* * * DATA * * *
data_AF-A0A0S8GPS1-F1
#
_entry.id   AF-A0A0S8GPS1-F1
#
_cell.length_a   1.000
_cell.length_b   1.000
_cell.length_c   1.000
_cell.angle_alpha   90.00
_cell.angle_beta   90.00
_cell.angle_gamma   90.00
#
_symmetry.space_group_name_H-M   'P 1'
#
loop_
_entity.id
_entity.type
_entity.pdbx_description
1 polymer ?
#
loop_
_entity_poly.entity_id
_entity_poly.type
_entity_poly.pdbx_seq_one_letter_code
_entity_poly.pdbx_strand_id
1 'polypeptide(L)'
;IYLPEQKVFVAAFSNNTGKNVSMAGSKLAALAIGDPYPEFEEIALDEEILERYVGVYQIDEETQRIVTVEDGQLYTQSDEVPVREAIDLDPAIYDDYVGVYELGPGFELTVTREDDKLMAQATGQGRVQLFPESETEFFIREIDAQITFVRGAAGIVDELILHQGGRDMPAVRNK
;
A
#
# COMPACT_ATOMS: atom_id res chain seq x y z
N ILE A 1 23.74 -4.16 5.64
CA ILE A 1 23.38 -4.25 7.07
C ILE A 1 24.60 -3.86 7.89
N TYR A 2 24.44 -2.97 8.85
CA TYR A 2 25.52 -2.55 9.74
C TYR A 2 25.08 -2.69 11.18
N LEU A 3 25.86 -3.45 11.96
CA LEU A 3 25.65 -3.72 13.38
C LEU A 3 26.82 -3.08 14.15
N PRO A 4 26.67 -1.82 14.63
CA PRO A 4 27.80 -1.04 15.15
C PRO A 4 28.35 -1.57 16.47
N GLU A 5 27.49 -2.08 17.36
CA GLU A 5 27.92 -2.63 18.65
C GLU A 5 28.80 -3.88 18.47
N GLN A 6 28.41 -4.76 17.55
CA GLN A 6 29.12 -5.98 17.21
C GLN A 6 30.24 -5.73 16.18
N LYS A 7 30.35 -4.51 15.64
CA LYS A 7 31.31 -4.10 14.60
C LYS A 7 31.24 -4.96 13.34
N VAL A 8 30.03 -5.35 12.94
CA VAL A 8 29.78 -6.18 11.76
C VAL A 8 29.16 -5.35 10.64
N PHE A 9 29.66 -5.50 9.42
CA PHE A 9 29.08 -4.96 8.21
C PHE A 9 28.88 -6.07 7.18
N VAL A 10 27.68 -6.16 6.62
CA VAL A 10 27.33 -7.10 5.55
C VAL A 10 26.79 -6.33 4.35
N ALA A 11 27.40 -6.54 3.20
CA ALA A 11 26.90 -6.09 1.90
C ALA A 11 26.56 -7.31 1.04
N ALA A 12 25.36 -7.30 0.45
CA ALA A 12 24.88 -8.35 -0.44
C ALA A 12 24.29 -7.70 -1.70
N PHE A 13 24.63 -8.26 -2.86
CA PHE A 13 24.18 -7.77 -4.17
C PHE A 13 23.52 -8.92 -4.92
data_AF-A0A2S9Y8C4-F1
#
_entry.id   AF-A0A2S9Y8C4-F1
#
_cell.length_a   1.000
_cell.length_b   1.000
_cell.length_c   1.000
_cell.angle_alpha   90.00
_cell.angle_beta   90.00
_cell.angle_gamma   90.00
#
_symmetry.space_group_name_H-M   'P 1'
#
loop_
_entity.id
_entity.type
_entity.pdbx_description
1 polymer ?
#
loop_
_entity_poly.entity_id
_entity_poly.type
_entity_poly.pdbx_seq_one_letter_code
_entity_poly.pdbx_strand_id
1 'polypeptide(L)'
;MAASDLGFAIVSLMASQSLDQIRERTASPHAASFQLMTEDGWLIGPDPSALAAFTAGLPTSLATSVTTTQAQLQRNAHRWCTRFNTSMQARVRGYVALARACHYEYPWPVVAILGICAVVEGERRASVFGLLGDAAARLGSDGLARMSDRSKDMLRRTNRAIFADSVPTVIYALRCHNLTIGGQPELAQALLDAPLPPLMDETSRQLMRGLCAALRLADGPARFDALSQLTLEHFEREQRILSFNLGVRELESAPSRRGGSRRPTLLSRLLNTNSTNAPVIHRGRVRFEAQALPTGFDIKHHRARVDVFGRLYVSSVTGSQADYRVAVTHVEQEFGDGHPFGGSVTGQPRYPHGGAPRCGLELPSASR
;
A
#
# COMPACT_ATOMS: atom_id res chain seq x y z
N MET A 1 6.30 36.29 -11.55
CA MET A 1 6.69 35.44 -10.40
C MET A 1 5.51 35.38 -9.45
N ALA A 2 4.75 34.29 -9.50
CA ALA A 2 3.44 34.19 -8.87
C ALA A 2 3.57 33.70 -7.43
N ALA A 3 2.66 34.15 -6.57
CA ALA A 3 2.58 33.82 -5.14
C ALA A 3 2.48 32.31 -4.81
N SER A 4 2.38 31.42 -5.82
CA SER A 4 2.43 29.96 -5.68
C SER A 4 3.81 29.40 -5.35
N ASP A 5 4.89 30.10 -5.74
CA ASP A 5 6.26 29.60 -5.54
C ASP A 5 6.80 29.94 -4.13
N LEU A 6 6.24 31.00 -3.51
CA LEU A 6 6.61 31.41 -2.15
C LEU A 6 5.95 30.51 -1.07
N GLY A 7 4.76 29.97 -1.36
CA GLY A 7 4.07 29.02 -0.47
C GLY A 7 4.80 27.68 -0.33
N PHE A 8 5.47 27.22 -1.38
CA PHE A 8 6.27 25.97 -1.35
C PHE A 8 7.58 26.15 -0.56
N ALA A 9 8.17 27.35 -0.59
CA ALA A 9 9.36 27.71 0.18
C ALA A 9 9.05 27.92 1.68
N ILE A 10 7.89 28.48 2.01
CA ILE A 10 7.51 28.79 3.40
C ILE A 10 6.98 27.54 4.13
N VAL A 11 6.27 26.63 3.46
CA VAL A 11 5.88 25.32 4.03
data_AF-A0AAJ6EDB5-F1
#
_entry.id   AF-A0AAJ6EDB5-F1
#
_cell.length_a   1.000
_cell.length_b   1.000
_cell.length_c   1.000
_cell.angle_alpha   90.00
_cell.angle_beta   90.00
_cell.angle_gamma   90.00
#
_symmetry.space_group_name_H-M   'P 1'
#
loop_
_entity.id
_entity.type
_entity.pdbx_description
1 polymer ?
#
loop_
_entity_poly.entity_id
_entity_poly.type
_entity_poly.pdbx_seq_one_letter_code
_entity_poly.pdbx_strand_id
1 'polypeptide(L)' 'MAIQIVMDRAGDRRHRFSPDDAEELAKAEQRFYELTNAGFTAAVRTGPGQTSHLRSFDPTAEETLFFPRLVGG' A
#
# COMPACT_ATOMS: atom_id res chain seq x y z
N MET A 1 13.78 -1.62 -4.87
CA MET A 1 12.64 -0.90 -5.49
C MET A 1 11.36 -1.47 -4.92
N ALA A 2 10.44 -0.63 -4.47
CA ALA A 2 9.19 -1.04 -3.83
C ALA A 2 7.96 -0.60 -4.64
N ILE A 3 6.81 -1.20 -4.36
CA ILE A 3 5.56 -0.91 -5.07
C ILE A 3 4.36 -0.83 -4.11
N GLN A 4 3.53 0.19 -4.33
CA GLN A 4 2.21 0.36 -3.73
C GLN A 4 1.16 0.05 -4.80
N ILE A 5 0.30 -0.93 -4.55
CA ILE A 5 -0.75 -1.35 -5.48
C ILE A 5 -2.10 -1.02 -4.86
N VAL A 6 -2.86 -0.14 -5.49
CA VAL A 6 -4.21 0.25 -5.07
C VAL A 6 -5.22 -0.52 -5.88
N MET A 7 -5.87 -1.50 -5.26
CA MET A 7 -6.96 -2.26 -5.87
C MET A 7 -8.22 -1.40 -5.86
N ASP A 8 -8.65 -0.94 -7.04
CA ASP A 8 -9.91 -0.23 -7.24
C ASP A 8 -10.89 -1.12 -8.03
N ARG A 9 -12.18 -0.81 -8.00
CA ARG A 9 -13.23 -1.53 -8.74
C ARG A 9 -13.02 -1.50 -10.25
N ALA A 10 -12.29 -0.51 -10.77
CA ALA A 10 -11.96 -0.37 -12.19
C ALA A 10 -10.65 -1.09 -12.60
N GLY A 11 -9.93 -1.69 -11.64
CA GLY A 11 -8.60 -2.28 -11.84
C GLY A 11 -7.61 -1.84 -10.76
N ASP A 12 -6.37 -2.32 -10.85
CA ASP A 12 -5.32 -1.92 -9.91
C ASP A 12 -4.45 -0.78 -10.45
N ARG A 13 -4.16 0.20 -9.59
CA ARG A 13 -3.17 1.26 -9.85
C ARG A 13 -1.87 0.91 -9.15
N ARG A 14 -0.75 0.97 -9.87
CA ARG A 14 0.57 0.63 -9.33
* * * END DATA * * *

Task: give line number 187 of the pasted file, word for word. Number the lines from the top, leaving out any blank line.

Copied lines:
CA ALA A 10 -11.96 -0.37 -12.19